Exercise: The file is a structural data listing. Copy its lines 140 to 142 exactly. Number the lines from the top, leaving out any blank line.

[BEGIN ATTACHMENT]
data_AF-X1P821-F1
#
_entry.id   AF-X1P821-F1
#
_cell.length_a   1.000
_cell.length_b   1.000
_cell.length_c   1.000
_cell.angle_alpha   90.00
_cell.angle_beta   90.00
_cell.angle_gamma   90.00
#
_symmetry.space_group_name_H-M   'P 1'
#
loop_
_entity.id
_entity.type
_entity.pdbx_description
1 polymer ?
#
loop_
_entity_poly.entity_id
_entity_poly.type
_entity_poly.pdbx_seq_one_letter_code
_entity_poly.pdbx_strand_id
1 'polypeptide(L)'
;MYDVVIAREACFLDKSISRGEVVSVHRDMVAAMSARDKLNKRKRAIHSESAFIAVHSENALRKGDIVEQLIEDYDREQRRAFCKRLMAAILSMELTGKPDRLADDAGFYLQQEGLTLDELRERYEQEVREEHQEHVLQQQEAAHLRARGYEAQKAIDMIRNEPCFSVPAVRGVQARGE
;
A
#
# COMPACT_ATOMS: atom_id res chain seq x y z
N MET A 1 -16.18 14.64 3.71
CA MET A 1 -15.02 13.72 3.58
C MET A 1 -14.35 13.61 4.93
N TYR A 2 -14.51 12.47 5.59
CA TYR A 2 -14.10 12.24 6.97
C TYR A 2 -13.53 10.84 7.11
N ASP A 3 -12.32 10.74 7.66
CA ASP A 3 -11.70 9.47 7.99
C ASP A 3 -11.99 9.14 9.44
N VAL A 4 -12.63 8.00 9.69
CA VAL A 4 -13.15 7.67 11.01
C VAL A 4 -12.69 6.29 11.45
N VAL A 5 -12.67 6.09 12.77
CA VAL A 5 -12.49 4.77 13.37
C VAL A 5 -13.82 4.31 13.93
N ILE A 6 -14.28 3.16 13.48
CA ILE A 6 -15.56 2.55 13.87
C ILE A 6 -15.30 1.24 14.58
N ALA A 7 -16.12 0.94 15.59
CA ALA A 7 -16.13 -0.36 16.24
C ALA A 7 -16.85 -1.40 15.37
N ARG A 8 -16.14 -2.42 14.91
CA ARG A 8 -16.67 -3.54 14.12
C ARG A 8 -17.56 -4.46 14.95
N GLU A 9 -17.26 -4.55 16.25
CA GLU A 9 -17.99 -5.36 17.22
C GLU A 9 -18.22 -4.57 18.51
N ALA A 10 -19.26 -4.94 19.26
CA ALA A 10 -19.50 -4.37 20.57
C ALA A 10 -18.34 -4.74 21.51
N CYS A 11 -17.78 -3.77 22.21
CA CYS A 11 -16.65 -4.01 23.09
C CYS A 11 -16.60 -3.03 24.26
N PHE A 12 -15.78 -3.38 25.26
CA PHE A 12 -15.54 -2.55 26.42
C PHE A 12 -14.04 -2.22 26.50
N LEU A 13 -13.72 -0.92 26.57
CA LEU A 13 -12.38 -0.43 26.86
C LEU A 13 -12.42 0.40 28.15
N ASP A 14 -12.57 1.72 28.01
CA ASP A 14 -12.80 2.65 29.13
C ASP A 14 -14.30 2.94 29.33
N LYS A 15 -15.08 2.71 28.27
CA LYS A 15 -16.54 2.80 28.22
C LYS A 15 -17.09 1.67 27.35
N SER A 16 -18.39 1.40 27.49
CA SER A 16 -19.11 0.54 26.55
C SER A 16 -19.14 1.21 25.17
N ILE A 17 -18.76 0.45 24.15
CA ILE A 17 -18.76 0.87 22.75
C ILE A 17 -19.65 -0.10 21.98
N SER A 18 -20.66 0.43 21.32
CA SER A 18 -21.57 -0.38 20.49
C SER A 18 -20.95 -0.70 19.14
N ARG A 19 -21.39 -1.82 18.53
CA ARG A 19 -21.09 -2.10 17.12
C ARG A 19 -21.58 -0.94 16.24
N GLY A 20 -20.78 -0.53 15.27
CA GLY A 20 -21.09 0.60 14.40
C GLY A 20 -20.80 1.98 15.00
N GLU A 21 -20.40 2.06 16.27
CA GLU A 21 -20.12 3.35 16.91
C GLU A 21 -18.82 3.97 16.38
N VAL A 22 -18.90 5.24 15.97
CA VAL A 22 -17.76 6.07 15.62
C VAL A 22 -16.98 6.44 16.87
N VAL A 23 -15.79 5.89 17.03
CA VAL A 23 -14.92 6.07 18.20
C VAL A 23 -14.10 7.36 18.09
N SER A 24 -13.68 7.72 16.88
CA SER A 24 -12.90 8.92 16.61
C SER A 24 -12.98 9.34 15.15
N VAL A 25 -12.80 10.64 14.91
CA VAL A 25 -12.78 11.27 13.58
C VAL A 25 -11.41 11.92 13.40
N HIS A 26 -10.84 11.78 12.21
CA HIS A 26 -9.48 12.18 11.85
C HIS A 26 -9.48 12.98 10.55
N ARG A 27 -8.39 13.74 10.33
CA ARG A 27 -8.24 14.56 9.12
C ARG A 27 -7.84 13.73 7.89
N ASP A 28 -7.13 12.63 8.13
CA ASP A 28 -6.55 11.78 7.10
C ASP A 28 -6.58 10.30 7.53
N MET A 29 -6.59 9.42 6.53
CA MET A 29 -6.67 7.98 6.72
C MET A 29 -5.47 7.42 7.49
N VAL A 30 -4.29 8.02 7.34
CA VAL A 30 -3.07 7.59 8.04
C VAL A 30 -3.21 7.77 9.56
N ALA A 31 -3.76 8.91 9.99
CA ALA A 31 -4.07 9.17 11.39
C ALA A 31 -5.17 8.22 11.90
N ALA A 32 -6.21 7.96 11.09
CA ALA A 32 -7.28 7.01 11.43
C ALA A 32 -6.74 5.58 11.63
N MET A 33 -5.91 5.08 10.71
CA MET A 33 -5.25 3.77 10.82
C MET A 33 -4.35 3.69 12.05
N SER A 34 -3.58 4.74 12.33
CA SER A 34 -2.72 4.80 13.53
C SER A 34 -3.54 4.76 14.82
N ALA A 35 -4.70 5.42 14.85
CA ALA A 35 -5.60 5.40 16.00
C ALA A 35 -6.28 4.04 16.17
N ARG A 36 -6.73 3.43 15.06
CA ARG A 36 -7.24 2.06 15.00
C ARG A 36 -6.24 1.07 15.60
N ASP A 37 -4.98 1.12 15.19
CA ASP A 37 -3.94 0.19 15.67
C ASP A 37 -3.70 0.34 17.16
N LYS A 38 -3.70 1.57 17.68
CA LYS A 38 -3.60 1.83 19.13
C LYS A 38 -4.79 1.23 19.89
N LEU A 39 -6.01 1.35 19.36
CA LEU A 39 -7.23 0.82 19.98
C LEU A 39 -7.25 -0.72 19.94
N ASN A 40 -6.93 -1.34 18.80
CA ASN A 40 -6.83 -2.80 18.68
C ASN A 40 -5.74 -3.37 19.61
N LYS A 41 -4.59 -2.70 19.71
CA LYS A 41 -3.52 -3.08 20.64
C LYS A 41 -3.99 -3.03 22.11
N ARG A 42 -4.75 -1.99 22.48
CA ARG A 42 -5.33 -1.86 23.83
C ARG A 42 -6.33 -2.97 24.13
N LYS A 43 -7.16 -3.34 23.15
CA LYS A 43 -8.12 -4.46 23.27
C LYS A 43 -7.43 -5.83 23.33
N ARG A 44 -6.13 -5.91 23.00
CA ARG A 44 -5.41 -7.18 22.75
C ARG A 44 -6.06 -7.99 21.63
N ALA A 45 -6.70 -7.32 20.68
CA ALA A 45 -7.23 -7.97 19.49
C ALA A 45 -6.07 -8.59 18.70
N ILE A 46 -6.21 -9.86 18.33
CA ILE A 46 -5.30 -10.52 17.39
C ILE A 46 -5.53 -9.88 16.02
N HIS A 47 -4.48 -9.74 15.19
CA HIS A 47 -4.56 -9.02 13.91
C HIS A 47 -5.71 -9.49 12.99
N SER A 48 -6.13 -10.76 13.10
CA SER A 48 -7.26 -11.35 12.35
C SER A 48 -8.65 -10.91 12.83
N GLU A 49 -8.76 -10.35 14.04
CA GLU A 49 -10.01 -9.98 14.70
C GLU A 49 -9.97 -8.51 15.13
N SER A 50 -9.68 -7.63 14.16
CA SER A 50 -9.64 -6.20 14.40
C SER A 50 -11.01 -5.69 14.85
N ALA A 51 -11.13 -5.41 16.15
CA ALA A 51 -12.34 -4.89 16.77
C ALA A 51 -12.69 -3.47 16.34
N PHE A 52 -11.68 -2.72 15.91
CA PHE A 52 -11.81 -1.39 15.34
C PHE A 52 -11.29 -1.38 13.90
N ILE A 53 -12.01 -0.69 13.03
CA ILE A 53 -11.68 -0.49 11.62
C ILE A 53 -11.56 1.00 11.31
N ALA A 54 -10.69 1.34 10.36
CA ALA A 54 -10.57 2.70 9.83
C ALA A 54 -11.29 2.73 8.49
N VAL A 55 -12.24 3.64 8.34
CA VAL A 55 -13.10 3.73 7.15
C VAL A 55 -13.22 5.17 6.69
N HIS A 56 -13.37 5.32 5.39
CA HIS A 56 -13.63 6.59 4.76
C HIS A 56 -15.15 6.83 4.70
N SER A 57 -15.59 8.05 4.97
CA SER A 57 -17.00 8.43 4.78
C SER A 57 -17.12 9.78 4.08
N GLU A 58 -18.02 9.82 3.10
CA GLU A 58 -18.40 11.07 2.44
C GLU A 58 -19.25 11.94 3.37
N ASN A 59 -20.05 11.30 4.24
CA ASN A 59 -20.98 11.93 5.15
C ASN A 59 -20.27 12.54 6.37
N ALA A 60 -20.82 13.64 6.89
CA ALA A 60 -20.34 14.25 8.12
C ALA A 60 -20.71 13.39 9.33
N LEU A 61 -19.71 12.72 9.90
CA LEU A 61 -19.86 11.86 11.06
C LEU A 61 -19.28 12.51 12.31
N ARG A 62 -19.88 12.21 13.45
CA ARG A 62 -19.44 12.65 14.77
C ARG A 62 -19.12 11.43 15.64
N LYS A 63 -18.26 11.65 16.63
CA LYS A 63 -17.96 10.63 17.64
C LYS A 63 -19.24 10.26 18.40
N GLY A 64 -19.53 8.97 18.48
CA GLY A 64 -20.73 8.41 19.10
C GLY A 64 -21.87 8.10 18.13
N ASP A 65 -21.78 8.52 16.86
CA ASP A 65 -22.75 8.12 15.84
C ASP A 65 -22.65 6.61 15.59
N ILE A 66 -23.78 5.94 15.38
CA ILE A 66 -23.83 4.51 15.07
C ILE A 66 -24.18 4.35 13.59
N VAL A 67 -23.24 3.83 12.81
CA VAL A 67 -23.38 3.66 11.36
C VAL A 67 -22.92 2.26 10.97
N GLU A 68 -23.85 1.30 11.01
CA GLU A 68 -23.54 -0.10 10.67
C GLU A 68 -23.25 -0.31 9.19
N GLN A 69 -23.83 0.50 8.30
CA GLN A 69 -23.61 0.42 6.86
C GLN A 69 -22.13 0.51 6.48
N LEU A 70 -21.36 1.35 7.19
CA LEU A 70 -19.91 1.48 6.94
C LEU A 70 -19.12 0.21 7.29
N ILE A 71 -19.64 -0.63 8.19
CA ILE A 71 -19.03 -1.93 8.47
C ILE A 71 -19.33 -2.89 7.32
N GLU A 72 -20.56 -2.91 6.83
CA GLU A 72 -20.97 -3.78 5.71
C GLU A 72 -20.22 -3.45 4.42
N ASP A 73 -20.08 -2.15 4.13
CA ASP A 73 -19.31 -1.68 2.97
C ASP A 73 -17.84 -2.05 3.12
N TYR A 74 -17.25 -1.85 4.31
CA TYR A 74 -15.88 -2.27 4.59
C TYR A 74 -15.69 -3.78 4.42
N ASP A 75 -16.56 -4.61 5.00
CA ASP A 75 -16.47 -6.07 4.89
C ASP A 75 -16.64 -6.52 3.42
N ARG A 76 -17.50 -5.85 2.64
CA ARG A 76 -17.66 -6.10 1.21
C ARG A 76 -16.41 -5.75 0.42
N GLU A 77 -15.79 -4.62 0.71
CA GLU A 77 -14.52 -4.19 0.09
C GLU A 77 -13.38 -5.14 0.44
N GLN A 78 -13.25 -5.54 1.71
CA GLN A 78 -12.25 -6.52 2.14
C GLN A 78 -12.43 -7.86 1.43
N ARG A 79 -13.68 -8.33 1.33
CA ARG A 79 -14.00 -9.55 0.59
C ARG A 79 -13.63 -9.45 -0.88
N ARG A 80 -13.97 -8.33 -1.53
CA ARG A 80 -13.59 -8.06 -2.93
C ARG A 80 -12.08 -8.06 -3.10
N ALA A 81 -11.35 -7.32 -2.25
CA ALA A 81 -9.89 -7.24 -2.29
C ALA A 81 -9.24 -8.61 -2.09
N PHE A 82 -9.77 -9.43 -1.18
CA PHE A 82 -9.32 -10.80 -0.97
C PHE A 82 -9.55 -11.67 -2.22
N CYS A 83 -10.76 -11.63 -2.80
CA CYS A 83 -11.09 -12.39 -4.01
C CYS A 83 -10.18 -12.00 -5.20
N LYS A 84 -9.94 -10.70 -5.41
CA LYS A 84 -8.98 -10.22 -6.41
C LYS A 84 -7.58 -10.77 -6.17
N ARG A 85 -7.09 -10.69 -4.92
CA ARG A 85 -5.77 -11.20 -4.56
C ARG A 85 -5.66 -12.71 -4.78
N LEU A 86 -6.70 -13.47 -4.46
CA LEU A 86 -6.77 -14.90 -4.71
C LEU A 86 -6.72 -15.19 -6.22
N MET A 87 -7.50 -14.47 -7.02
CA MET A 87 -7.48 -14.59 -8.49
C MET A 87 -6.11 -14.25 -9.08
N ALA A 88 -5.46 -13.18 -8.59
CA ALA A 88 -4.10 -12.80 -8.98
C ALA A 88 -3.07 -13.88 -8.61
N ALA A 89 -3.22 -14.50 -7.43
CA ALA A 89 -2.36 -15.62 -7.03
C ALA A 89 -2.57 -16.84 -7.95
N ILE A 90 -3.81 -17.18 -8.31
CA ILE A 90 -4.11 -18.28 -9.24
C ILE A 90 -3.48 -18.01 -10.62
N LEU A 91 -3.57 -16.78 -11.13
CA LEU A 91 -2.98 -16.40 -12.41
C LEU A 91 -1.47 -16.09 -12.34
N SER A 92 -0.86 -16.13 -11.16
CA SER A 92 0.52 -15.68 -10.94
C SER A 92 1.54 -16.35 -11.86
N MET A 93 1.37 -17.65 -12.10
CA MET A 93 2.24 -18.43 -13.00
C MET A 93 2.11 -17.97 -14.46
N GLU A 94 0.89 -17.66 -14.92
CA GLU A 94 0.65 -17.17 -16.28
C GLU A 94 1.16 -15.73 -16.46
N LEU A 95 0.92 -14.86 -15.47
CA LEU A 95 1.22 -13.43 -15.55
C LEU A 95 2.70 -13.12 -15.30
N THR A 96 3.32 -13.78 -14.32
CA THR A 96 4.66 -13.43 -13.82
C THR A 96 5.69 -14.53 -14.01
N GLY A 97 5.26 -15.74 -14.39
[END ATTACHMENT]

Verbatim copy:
CA ASP A 37 -3.94 0.19 15.67
C ASP A 37 -3.70 0.34 17.16
N LYS A 38 -3.70 1.57 17.68